A zombie apocalypse is one thing. A volcanic eruption is quite another, for, as the journalist who does a framing voice-over narration for Brooks’ latest puts it, when Mount Rainier popped its cork, “it was the psychological aspect, the hyperbole-fueled hysteria that had ended up killing the most people.” Maybe, but the sasquatches whom the volcano displaced contributed to the statistics, too, if only out of self-defense. Brooks places the epicenter of the Bigfoot war in a high-tech hideaway populated by the kind of people you might find in a Jurassic Park franchise: the schmo who doesn’t know how to do much of anything but tries anyway, the well-intentioned bleeding heart, the know-it-all intellectual who turns out to know the wrong things, the immigrant with a tough backstory and an instinct for survival. Indeed, the novel does double duty as a survival manual, packed full of good advice—for instance, try not to get wounded, for “injury turns you from a giver to a taker. Taking up our resources, our time to care for you.” Brooks presents a case for making room for Bigfoot in the world while peppering his narrative with timely social criticism about bad behavior on the human side of the conflict: The explosion of Rainier might have been better forecast had the president not slashed the budget of the U.S. Geological Survey, leading to “immediate suspension of the National Volcano Early Warning System,” and there’s always someone around looking to monetize the natural disaster and the sasquatch-y onslaught that follows. Brooks is a pro at building suspense even if it plays out in some rather spectacularly yucky episodes, one involving a short spear that takes its name from “the sucking sound of pulling it out of the dead man’s heart and lungs.” Grossness aside, it puts you right there on the scene.

A tasty, if not always tasteful, tale of supernatural mayhem that fans of King and Crichton alike will enjoy.

Pub Date: June 16, 2020

ISBN: 978-1-9848-2678-7

Page Count: 304

Publisher: Del Rey/Ballantine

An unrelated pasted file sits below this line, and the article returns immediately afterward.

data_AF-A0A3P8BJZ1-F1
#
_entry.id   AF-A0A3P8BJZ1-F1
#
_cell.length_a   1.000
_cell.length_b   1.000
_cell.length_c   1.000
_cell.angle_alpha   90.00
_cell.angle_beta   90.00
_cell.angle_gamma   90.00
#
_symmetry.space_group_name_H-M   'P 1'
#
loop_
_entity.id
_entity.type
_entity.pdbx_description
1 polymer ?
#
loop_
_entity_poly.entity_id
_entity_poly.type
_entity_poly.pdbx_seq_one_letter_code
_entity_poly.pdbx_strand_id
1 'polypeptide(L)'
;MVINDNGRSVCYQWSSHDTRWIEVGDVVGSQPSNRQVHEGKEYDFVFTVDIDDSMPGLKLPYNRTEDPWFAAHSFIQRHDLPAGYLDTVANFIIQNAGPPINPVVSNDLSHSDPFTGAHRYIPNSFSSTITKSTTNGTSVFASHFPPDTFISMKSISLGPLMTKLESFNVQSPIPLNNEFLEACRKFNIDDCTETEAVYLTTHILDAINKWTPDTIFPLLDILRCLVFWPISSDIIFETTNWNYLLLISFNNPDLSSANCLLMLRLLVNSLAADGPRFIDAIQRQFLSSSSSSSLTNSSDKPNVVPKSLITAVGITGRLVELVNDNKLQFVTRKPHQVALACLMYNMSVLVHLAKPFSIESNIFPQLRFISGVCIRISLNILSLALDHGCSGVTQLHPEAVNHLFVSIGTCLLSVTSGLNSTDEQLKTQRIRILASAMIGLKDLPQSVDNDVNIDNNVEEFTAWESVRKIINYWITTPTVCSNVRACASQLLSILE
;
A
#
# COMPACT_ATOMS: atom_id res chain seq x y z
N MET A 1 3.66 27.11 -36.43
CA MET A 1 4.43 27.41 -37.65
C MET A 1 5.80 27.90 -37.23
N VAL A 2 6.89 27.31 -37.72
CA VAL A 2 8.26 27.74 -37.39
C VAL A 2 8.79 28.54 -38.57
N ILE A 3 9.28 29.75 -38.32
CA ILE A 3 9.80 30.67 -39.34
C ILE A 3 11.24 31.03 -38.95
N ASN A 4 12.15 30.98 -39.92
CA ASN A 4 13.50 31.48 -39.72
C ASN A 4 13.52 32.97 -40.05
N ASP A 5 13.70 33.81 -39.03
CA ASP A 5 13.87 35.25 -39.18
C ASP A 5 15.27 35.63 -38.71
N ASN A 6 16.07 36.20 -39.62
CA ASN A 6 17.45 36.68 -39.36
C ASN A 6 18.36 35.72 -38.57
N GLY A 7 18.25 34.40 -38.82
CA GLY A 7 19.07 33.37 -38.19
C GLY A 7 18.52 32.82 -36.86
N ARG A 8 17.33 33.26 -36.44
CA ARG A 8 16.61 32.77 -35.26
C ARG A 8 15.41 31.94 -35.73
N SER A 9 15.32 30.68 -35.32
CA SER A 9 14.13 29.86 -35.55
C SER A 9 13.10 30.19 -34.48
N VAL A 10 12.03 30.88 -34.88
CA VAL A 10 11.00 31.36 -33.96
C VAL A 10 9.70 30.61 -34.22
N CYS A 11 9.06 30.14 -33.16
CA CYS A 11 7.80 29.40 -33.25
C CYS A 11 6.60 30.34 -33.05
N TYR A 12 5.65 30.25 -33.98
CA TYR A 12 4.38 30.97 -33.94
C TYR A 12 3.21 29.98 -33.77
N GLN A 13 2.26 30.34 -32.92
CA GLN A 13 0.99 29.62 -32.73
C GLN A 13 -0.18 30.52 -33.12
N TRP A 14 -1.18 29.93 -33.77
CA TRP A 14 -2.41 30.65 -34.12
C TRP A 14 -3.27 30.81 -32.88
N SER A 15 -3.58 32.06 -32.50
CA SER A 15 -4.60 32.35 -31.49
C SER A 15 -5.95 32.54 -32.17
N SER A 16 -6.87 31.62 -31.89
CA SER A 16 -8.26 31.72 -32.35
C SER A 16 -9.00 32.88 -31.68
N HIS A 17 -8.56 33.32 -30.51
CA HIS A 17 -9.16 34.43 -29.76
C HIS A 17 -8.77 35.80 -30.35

Review Posted Online: Feb. 10, 2020

Kirkus Reviews Issue: March 1, 2020

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Finding positivity in negative pregnancy-test results, this depiction of a marriage in crisis is nearly perfect.

ALL YOUR PERFECTS

Named for an imperfectly worded fortune cookie, Hoover's (It Ends with Us, 2016, etc.) latest compares a woman’s relationship with her husband before and after she finds out she’s infertile.

Quinn meets her future husband, Graham, in front of her soon-to-be-ex-fiance’s apartment, where Graham is about to confront him for having an affair with his girlfriend. A few years later, they are happily married but struggling to conceive. The “then and now” format—with alternating chapters moving back and forth in time—allows a hopeful romance to blossom within a dark but relatable dilemma. Back then, Quinn’s bad breakup leads her to the love of her life. In the now, she’s exhausted a laundry list of fertility options, from IVF treatments to adoption, and the silver lining is harder to find. Quinn’s bad relationship with her wealthy mother also prevents her from asking for more money to throw at the problem. But just when Quinn’s narrative starts to sound like she’s writing a long Facebook rant about her struggles, she reveals the larger issue: Ever since she and Graham have been trying to have a baby, intimacy has become a chore, and she doesn’t know how to tell him. Instead, she hopes the contents of a mystery box she’s kept since their wedding day will help her decide their fate. With a few well-timed silences, Hoover turns the fairly common problem of infertility into the more universal problem of poor communication. Graham and Quinn may or may not become parents, but if they don’t talk about their feelings, they won’t remain a couple, either.

Finding positivity in negative pregnancy-test results, this depiction of a marriage in crisis is nearly perfect.

Pub Date: July 17, 2018

ISBN: 978-1-5011-7159-8

Page Count: 320

Publisher: Atria

Review Posted Online: May 1, 2018

Kirkus Reviews Issue: May 15, 2018